The Austin Chronicle

Live Shots

Reviewed by Michael Chamy, March 16, 2001, Music


Tower Records In-Store, Saturday 17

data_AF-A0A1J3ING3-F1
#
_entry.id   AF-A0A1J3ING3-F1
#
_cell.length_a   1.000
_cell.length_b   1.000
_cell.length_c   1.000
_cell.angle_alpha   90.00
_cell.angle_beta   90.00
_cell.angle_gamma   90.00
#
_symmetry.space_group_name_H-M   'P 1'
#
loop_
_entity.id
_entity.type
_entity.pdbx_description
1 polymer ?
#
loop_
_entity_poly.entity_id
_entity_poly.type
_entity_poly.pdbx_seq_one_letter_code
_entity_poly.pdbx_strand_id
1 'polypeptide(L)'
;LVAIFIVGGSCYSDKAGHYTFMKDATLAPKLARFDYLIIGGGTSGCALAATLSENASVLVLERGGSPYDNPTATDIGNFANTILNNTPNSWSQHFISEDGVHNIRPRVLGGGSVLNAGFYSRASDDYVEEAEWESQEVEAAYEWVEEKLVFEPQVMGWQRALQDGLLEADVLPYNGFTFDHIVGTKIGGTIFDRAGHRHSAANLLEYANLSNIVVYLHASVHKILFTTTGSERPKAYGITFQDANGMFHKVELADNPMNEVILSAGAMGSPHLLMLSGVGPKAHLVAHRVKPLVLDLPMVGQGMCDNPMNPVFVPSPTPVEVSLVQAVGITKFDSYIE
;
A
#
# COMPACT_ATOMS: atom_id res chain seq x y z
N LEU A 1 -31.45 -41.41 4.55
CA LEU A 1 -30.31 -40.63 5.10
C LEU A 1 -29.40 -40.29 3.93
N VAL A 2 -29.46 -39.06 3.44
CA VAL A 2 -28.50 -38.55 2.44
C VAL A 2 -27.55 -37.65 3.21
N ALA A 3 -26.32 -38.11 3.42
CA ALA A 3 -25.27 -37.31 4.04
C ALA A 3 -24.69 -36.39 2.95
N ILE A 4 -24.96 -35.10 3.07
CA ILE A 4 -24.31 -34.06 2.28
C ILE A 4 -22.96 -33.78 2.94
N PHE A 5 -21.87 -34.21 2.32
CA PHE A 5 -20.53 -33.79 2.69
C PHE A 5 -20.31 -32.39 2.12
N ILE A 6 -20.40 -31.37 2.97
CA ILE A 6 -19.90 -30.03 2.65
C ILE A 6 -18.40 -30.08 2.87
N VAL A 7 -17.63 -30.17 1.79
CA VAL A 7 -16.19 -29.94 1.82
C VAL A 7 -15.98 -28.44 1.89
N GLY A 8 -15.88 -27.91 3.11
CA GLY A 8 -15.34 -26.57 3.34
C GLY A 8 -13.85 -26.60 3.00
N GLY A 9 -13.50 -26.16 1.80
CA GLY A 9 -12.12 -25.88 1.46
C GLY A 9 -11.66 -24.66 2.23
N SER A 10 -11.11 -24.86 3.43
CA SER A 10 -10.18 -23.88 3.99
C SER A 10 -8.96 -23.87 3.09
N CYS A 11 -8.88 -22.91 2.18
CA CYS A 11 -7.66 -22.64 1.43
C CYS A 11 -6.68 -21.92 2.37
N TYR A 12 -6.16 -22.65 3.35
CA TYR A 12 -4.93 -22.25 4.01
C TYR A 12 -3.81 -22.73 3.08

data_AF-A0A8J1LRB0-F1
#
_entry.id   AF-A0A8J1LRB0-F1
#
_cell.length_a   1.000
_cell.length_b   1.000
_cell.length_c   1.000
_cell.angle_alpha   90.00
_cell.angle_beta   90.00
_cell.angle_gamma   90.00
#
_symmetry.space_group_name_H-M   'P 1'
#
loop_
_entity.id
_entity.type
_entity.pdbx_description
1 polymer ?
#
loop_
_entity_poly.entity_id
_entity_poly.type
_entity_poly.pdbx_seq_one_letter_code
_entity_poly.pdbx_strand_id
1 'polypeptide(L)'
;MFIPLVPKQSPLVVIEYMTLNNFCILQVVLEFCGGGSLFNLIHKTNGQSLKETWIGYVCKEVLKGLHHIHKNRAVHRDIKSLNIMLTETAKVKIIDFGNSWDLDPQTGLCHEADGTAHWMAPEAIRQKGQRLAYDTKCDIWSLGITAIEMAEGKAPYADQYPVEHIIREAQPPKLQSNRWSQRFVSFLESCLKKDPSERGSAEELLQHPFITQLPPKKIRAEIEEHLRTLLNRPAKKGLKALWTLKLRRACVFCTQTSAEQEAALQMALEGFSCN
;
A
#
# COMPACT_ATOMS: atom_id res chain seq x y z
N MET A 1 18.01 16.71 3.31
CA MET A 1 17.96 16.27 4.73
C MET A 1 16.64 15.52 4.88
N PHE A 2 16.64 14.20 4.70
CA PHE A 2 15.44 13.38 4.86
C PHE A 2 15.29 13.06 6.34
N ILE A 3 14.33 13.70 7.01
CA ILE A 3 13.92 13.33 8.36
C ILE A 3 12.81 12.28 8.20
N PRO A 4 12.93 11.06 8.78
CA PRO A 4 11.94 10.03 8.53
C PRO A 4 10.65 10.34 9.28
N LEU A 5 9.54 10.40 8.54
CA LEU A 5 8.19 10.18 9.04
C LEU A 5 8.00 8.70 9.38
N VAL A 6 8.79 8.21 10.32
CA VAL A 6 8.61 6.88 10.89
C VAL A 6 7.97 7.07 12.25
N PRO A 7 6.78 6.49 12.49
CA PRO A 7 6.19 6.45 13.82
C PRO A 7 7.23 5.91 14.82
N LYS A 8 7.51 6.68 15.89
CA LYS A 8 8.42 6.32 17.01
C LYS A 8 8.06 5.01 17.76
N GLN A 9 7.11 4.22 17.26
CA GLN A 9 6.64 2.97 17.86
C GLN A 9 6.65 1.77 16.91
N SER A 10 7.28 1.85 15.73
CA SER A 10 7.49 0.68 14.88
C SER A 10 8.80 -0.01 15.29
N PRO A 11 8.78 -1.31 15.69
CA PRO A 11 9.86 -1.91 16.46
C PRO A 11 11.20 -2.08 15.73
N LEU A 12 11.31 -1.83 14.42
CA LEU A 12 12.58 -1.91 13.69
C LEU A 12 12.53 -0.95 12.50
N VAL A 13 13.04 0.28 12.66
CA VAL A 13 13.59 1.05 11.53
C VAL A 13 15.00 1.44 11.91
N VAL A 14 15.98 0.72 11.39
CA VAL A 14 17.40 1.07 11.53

Scratch that one off the list, saw 'em already. That's how the system's supposed to work: See 'em during the day so you can see someone else at night. Saturday's Tower Records in-store by the Toadies promised to be far less hassle than the Stubb's showcase later in the evening, which it certainly was, even if standing in the middle of all the gathered teen queens wasn't quite so hip. Unfortunately, nobody pointed out beforehand that Ft. Worth's resident lords of rock would be playing an acoustic set. So much for hearing the thick granite slab of fury that represents the Toadies' brand-new Hell Below/Stars Above. Instead, fierce, pummeling acoustic abuse had to suffice, with Todd Lewis' vocals taking on even greater prominence. As the crunchy "Possum Kingdom" riff flitted into the air, everybody was a swarm of strained necks, since nobody could seem to locate the Toadies. "Are they lying down?" was a question asked more than once, and soon became a punchline, as the band was invisible to the untrained eye, sitting on the extremely low Tower stage in front of an endless wall of bodies. So the Toadmen were up at the plate with two strikes against them: no electricity and no visibility. They were on the verge of whiffing like a peg-legged amateur against Pedro Martinez when Lewis pulled out the secret weapon: "Tyler," the slow-burning love song named after a boring East Texas town. Lewis was in vintage vocal form with the "I will be with her tonight!" cry that sounds like a living, breathing slice of the almighty Nineties. Sadly, the music couldn't match Lewis' heavy vocal artillery, but the point was made nonetheless. The incessant hammering was reminiscent of ex-Austin acoustic basher Hamell on Trial, though only on the stellar "I Burn" did it serve as more help than hindrance. Drummer Mark Reznicek's pounding metronome tangled with the swamp-stomp clatter to form a tense soup with Lewis' fist-clenching vocal strain. And just when it seemed they'd played all their cards, they busted out what sounded like another one of those deliciously familiar Toadies anthems. But wait, they didn't have that many hits off Rubberneck -- this number was courtesy of their direct forefathers, the Pixies. "Where Is My Mind?" fit so perfectly into the mix that half the crowd was singing along without even realizing it wasn't an original. Lewis always did have plenty of Black Francis in him, and even a high-profile female bassist in the smiling Lisa Umbarger. Looks like Lewis & Co. smashed a solid two-strike single on this day.

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